Starting up a new series here on GeekReply and I hope you guys enjoy it. So this is going to be the first of many game reviews to help provide a fair unbiased opinion about newer and upcoming games. I plan to be as brutally honest as possible so you can get a clear idea of your interest in the game. Now also remember, these are my opinions, and we all have different opinions. So my personal preference in games may be different from yours. But I plan to break this down so that you can get as much information as you can before taking that final plunge into buying the game.
So for my first game review, I had the chance to try out Honor Code’s Narcosis on PC. Here is a brief description of the game taken directly from the game’s website narcosis-the-game.com “Survival, horror at the sunless depths of the Pacific Ocean: Stranded on the seafloor with low light and few tools, an industrial diver takes desperate steps to surface before his oxygen — and sanity — give out.” So let’s get down to breaking this game down and giving it a final rating out of a possible 10. Also, I’m one of those people that believe 10 should be nearly unreachable just like the 100 player rating in Madden. Tough to get, but it’s possible. So here we go.
This is a big one for me. I seriously enjoy the different kinds of artistic graphic styles out there. Each game has their own perspective of what they want to achieve for the game. The realistic high quality graphics are one of the first things I noticed when i fired up the game. The detail of the coral, the fish, even the finger smudges on you interfaces. The graphics were pretty exceptional and it does add to the eery feel of the game. Honor code does a fantastic job at bringing the deep sea to life in this game.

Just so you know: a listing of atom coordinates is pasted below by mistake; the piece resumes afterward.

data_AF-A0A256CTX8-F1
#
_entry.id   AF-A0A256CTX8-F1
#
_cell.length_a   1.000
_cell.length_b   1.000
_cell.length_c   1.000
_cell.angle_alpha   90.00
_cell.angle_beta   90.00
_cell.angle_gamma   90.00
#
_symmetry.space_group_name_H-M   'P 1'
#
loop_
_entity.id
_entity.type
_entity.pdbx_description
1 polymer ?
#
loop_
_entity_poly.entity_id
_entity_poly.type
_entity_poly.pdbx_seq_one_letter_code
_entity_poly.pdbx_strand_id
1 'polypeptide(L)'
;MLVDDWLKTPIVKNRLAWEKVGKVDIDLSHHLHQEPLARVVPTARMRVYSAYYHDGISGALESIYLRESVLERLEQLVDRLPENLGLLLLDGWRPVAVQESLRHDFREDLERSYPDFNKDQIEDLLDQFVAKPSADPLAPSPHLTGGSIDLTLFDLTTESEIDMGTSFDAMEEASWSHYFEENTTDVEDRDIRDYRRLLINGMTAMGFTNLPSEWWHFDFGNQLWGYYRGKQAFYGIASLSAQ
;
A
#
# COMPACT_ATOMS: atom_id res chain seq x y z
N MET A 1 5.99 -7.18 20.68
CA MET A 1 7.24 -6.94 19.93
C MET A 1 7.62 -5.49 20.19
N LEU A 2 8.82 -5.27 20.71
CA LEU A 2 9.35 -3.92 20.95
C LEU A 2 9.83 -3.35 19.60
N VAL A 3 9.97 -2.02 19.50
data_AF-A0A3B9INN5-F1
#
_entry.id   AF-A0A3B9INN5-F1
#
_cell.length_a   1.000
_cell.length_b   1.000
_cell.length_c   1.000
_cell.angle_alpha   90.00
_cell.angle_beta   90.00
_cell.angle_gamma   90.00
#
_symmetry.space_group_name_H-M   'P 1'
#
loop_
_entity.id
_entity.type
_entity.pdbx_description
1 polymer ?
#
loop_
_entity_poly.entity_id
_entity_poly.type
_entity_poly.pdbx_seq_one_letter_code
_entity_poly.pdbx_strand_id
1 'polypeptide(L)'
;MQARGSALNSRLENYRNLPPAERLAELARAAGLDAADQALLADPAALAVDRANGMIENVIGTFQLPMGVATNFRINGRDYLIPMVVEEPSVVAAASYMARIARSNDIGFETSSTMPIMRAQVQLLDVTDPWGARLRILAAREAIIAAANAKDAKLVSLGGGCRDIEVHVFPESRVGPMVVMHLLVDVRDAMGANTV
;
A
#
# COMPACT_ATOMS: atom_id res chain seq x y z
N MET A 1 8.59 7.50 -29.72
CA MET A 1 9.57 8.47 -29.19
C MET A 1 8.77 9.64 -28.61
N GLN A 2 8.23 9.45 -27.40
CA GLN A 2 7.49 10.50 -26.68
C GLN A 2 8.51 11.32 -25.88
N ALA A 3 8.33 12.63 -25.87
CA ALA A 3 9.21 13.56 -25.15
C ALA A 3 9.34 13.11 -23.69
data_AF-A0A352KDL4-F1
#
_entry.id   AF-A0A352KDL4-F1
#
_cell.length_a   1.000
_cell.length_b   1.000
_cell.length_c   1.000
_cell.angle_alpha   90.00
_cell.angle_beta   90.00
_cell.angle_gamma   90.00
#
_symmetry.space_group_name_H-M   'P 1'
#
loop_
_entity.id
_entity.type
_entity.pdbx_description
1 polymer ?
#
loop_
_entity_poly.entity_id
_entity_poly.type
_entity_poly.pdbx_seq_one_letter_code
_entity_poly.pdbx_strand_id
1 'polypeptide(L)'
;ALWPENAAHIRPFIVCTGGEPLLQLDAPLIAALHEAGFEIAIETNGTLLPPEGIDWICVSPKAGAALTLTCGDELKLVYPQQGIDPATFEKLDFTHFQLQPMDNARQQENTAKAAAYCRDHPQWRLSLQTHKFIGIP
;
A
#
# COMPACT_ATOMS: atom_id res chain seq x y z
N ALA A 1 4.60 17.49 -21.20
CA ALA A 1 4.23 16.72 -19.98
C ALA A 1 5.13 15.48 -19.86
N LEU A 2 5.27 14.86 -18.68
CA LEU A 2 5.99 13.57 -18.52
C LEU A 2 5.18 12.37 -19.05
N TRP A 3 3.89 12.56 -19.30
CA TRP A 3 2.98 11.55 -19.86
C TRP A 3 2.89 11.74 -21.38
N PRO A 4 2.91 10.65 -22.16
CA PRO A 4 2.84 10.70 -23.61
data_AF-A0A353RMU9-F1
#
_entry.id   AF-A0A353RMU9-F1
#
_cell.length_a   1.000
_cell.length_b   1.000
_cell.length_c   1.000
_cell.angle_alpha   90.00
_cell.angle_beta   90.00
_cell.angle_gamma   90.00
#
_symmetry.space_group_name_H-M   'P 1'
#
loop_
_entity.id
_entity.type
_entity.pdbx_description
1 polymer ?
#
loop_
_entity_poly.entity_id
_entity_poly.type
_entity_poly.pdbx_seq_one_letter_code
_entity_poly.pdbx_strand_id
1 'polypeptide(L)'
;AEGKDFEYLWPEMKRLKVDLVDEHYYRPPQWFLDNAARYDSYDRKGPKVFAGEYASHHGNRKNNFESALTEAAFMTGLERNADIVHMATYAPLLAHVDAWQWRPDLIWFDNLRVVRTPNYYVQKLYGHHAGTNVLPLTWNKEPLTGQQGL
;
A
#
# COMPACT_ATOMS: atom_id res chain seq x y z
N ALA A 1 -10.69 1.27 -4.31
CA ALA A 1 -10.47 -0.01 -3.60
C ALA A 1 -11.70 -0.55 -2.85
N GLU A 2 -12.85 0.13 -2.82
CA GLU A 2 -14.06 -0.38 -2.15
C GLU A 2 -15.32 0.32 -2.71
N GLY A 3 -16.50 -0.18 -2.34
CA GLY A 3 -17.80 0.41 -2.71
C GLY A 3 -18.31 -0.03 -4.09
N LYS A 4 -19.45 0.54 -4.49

Controls Learning Curve
The controls were actually pretty easy to pick up. The game does a good job at easing you into the controls as you begin the game. Actually you get to test the feature of your suit in a training pool with someone on your comm explaining what to do. Which in my opinion is a pretty interesting way of introducing a player to the controls. The thing is, the game will take you through a few minutes and then jump into a flashback of being in that pool to learn the controls. So it didn’t feel like it was overwhelming with an entire segment of training jammed into 10 minutes of play. So the learning curve was quick and painless.
So I’m not going to spoil the game for you at all. I want you to experience this game’s story fully because it’s certainly an interesting one. There’s a few points in the game you kind of question what is actually going on. But I feel as though it’s intentional. This game seriously takes your brain through a journey of ups, downs, lefts, and rights. But it only adds to the intensity of the game. That’s exactly what this game is, Intense.
The gameplay in my opinion was fantastic. You did have an element of fighting to the game so it wasn’t just a straight up walking simulator. The survival aspect of the game, again, adds to the intensity. You will have to find ways to refill your oxygen but the good thing is it seemed like just as you were getting into the critical levels you’d find a cylinder or a refill station. Which I noticed as I got further into the game. It keeps you right on the edge of your seat. Which is great. The other thing while this is technically a horror game, and it did have it’s moments of jump scares, the game feels like it’s more interested in keeping you on the edge of your seat than kicking you in the face with a scare. Which, in the end, made me more interested in the story.
This might be one of the issues with the game. The developer has said there are 20 unique collectibles to the game. Which, if you’re one of those 100% type people, you might enjoy that. I do feel like somewhere down the line I might revisit the game because of the environment and graphics. I would also revisit the game if I could try it on a VR device as well. But beyond that, I don’t know if it has too much replay value.